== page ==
CAIRO: In the latest blow to freedom of expression and assembly in Egypt, a Cairo court on Sunday (Monday in Manila) sentenced nearly two dozen secular activists to three-year prison terms for violating a law that essentially bans street protests.
The 23 who were sentenced in the closely watched case included several figures who rose to prominence during the 2011 uprising that toppled dictator Hosni Mubarak. More recently, they had run afoul of the authoritarian regime that came to power after a 2013 coup that deposed the country’s first elected president, Islamist Mohamed Morsi.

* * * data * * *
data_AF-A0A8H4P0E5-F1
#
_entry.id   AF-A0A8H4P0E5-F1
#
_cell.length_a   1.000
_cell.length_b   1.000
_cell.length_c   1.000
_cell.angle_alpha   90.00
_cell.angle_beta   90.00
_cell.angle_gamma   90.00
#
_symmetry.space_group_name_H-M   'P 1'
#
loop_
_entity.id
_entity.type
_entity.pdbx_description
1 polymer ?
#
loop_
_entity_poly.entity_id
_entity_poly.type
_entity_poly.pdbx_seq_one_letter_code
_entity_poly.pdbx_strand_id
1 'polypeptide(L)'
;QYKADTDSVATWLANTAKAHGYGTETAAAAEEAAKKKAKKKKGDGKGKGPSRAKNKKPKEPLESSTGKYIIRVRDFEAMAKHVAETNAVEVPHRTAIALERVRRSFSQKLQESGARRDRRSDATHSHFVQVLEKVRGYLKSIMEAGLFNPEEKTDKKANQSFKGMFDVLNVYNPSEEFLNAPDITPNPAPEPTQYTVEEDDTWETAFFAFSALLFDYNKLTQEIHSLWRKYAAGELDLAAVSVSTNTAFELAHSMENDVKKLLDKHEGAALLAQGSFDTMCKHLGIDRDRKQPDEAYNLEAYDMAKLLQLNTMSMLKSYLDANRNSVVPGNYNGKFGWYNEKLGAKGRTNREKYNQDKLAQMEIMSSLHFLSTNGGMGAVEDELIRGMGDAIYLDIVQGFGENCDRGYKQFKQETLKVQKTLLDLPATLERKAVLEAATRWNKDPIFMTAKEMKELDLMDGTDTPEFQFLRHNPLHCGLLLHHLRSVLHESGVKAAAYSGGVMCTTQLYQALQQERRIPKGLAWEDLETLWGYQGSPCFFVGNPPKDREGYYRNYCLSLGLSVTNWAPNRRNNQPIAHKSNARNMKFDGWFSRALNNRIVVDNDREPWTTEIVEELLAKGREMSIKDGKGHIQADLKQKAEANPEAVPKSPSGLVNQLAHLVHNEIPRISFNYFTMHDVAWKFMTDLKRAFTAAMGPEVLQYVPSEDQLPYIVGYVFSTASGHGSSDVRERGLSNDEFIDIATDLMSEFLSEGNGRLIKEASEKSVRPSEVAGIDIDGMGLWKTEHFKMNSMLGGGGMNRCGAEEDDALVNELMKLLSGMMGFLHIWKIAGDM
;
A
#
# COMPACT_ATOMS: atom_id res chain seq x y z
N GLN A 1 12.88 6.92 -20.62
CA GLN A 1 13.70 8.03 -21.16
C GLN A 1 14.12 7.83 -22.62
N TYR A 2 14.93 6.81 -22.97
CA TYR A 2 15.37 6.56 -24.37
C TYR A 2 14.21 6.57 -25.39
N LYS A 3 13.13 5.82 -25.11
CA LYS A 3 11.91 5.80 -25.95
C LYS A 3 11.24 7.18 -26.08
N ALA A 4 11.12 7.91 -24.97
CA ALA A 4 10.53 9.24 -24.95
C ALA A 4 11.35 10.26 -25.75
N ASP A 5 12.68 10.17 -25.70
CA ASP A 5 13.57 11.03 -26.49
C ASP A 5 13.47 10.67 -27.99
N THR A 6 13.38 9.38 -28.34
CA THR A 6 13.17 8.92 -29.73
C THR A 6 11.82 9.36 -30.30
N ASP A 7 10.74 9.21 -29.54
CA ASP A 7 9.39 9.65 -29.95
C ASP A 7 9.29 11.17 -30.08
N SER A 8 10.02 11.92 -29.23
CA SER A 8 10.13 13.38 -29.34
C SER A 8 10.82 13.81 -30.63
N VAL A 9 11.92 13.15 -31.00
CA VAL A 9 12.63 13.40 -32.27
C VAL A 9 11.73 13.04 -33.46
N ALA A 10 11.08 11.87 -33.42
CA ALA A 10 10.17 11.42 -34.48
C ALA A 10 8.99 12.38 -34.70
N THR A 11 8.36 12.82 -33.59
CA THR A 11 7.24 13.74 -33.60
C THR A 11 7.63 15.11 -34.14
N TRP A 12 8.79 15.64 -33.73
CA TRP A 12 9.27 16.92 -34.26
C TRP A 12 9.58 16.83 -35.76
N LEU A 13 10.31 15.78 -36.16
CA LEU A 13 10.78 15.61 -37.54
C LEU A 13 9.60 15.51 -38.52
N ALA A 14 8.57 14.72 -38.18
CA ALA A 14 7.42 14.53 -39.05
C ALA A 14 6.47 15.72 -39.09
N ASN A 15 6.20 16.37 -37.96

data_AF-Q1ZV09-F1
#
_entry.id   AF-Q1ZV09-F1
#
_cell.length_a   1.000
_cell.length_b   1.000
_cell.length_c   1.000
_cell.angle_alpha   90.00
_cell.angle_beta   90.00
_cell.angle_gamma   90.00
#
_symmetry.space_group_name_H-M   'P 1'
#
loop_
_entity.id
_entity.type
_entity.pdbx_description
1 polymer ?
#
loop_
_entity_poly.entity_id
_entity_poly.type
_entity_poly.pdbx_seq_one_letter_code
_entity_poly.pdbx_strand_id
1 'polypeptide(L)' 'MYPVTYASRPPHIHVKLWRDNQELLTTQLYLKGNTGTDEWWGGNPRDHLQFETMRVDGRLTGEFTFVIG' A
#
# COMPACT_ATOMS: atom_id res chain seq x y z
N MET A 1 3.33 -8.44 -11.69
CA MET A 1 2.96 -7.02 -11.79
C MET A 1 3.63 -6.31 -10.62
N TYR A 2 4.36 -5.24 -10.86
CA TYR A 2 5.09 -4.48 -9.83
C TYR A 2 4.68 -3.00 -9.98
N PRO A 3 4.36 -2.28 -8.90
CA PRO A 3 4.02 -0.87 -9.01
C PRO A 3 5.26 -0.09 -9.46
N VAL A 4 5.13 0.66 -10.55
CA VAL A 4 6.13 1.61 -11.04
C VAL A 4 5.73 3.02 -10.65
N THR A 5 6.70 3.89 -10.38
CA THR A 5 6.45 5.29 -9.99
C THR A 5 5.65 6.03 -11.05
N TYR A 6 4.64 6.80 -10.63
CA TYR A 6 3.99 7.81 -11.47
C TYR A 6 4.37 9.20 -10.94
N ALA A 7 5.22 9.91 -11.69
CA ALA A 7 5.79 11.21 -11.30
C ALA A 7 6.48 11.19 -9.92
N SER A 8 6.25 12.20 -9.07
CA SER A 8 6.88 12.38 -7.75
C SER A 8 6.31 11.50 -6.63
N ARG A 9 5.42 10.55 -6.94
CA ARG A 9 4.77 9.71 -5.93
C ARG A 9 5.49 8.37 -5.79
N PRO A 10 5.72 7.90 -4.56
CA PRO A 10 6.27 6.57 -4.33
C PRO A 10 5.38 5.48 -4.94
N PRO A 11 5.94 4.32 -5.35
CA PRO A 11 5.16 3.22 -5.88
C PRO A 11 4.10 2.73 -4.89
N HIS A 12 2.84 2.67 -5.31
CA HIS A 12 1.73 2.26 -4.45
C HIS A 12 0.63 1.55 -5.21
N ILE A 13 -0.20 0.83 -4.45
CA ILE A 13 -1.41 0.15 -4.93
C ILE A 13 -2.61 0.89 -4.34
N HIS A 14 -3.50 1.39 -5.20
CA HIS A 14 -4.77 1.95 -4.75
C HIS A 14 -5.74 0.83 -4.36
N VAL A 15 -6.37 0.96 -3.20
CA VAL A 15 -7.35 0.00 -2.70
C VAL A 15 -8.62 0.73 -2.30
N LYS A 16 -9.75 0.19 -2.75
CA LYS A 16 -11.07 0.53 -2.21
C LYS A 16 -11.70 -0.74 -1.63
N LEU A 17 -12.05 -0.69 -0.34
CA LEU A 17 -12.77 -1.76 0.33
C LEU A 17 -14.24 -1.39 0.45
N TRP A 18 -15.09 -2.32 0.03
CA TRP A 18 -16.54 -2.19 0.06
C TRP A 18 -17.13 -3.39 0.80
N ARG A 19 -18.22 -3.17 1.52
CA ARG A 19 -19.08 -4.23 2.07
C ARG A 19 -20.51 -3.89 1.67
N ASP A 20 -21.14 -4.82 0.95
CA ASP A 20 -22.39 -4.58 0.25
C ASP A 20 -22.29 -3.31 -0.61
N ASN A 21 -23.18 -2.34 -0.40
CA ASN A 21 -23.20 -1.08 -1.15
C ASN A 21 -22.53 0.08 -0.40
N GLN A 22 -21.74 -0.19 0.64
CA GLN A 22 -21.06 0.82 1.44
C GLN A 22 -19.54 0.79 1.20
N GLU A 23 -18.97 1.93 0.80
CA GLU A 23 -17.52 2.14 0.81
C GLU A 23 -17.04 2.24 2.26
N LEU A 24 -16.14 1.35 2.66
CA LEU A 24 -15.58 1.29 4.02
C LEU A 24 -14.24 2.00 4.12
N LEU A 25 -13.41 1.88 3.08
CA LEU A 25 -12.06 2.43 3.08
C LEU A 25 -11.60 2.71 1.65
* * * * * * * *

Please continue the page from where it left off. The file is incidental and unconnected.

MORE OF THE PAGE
Human-rights groups and Western governments have been sharply critical of the protest ban, which took effect nearly a year ago, saying the measure violates fundamental rights and is being used to quash all opposition to the government, whether by secularists or Islamists. A lawyer for the defense said the court case against the 23 was politically motivated.
Although Egypt claims it holds no political prisoners, thousands have been jailed over the past 16 months for various forms of dissent, including marches and demonstrations but also for views expressed on social media. Academics, journalists and filmmakers have also been targeted.